Appeal from the United States District Court for the District of Oregon, D.C. No. CR 05-234-BR, Anna J. Brown, United States District Judge, Presiding.
Argued and Submitted May 6, 2008 -- Portland, Oregon.
Before: Richard C. Tallman and Richard R. Clifton, Circuit Judges, and Edward R. Korman,*fn1 District Judge.
The Opinion previously filed on January 15, 2009 is withdrawn, and the Opinion filed with this Order is filed in its stead.
Jane Selby, a former official of the Bonneville Power Administration ("BPA") appeals her jury conviction for honest services wire fraud, in violation of 18 U.S.C. § 1343; making false claims and statements, in violation of 18 U.S.C. § 1001; and felony conflict of interest, in violation of 18 U.S.C. § 208. Selby contends the district court erred by denying her motions for judgment of acquittal because the evidence was insufficient to convict. We affirm the district court's decision.
Jane Selby held a significant administrative position at the BPA, a federal agency which produces and transmits power throughout the Pacific Northwest. She was one of three "Tier 3 managers" in the Transmission and Marketing Division and appears to have been the most trusted of the three by her supervisor, Charles Meyer, BPA's Vice President of Transmission and Sales. At the time of the events at issue here, Meyer had assigned Selby to a special detail to determine why various information technology projects were behind schedule and over budget, and to work alongside other Tier 3 managers in the department to help complete the projects. Selby's assignment was to help manage the transition to the new computer system, along with Mark Reynolds, the Tier 3 manager in charge of BPA's information technology staff, and Lorie Hoffman, the Tier 3 manager in charge of the transmission scheduling staff. Selby also served as acting Vice President when Charles Meyer was away.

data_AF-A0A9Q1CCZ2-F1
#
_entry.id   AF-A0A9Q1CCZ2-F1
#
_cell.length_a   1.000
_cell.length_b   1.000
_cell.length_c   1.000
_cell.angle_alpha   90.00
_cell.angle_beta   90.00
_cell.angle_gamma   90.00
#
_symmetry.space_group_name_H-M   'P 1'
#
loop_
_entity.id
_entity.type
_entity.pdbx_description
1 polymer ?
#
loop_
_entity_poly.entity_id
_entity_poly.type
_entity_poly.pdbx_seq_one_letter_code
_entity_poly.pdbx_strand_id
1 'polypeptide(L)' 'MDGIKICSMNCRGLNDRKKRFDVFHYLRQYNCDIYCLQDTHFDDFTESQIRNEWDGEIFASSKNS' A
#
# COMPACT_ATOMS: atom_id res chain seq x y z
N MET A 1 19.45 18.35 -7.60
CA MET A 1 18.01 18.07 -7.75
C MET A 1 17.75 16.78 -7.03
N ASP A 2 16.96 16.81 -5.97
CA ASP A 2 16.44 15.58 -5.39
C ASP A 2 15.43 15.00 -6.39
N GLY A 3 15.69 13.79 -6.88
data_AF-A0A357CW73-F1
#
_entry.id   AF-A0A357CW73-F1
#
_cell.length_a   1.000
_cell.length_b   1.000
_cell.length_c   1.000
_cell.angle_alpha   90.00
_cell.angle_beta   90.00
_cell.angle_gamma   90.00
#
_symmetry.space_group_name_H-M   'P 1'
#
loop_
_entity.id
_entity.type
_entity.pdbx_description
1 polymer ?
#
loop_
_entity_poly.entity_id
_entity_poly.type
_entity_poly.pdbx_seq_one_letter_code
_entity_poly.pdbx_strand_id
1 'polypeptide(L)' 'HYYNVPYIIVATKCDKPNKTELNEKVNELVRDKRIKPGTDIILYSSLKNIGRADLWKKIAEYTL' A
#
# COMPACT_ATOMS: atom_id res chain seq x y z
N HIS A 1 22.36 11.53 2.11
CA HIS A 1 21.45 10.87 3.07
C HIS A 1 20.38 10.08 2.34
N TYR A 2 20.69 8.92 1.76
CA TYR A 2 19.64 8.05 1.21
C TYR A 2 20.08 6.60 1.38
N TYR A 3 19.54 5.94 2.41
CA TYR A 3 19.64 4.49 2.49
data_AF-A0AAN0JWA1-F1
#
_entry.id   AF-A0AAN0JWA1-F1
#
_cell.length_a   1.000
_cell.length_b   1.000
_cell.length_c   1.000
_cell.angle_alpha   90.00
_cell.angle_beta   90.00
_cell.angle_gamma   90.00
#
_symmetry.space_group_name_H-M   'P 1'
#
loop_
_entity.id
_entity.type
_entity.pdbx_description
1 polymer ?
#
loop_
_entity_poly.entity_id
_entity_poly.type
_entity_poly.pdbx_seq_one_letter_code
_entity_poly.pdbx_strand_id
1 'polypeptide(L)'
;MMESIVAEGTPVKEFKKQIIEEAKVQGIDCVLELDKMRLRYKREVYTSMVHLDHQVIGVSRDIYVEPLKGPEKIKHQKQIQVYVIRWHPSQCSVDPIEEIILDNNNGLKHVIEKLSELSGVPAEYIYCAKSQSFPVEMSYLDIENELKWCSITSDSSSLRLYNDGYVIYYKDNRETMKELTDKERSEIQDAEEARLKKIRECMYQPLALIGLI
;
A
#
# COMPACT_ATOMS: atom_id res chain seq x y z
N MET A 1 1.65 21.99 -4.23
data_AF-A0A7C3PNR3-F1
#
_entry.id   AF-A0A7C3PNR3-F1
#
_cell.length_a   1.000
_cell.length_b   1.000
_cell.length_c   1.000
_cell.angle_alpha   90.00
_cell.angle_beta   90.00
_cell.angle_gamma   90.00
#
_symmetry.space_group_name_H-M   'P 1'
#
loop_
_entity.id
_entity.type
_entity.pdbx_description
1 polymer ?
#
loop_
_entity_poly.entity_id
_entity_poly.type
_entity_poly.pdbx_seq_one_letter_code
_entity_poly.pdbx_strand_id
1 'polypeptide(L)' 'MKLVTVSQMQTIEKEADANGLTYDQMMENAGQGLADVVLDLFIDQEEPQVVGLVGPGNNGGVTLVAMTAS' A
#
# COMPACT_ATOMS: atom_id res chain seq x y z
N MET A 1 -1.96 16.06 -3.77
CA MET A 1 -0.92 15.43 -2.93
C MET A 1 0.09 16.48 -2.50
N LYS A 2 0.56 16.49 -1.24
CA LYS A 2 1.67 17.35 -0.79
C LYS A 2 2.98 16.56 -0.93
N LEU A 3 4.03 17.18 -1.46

Jane Selby is married to Scott Selby. In March 2002, Scott Selby was hired as a salesman by a software company called Knowmadic, Inc., during the time it was seeking to expand the scope of an existing agreement to sell software ("ASCI" or "ASCI/CWI") to BPA. Jane Selby had approached Know-madic's Vice President about hiring her husband, telling him that Scott was "very computer literate and savvy. And that he had been unemployed for quite a long time, and was looking for a job." Knowmadic then hired Scott and assigned him to the BPA account to work on-site at BPA's Vancouver, Washington, office. Scott earned a base salary plus commissions. His duties included the sale of Knowmadic products to BPA and persuading other public power customers to sign up to use the ASCI system.